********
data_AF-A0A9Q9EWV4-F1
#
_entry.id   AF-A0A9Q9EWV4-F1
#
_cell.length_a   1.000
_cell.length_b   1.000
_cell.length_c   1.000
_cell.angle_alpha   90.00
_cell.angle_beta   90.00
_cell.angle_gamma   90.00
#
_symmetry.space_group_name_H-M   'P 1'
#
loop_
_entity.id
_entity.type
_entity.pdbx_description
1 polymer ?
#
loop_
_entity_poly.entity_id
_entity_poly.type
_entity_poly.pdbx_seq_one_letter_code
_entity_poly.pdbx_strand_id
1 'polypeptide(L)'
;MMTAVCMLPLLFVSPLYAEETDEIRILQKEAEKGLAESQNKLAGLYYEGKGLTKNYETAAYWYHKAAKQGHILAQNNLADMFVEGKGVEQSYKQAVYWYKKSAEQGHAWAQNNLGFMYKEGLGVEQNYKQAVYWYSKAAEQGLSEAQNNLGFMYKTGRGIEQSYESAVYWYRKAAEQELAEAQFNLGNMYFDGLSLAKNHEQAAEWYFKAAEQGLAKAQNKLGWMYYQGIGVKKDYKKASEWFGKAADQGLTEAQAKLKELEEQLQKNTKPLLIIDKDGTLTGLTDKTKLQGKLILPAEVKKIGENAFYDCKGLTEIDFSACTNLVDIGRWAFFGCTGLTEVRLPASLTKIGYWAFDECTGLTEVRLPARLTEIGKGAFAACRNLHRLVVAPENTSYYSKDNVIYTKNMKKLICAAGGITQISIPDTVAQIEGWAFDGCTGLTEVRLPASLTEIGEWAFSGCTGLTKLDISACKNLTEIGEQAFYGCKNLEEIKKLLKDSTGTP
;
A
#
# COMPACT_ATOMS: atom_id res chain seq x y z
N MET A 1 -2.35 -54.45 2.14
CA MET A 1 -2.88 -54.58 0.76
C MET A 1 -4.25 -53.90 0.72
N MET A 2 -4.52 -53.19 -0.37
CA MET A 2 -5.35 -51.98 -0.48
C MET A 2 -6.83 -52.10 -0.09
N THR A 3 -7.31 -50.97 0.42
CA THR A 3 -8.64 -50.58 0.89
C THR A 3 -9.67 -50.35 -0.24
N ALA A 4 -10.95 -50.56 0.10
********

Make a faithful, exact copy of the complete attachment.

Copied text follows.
data_AF-A0A9Q9EWV4-F1
#
_entry.id   AF-A0A9Q9EWV4-F1
#
_cell.length_a   1.000
_cell.length_b   1.000
_cell.length_c   1.000
_cell.angle_alpha   90.00
_cell.angle_beta   90.00
_cell.angle_gamma   90.00
#
_symmetry.space_group_name_H-M   'P 1'
#
loop_
_entity.id
_entity.type
_entity.pdbx_description
1 polymer ?
#
loop_
_entity_poly.entity_id
_entity_poly.type
_entity_poly.pdbx_seq_one_letter_code
_entity_poly.pdbx_strand_id
1 'polypeptide(L)'
;MMTAVCMLPLLFVSPLYAEETDEIRILQKEAEKGLAESQNKLAGLYYEGKGLTKNYETAAYWYHKAAKQGHILAQNNLADMFVEGKGVEQSYKQAVYWYKKSAEQGHAWAQNNLGFMYKEGLGVEQNYKQAVYWYSKAAEQGLSEAQNNLGFMYKTGRGIEQSYESAVYWYRKAAEQELAEAQFNLGNMYFDGLSLAKNHEQAAEWYFKAAEQGLAKAQNKLGWMYYQGIGVKKDYKKASEWFGKAADQGLTEAQAKLKELEEQLQKNTKPLLIIDKDGTLTGLTDKTKLQGKLILPAEVKKIGENAFYDCKGLTEIDFSACTNLVDIGRWAFFGCTGLTEVRLPASLTKIGYWAFDECTGLTEVRLPARLTEIGKGAFAACRNLHRLVVAPENTSYYSKDNVIYTKNMKKLICAAGGITQISIPDTVAQIEGWAFDGCTGLTEVRLPASLTEIGEWAFSGCTGLTKLDISACKNLTEIGEQAFYGCKNLEEIKKLLKDSTGTP
;
A
#
# COMPACT_ATOMS: atom_id res chain seq x y z
N MET A 1 -2.35 -54.45 2.14
CA MET A 1 -2.88 -54.58 0.76
C MET A 1 -4.25 -53.90 0.72
N MET A 2 -4.52 -53.19 -0.37
CA MET A 2 -5.35 -51.98 -0.48
C MET A 2 -6.83 -52.10 -0.09
N THR A 3 -7.31 -50.97 0.42
CA THR A 3 -8.64 -50.58 0.89
C THR A 3 -9.67 -50.35 -0.24
N ALA A 4 -10.95 -50.56 0.10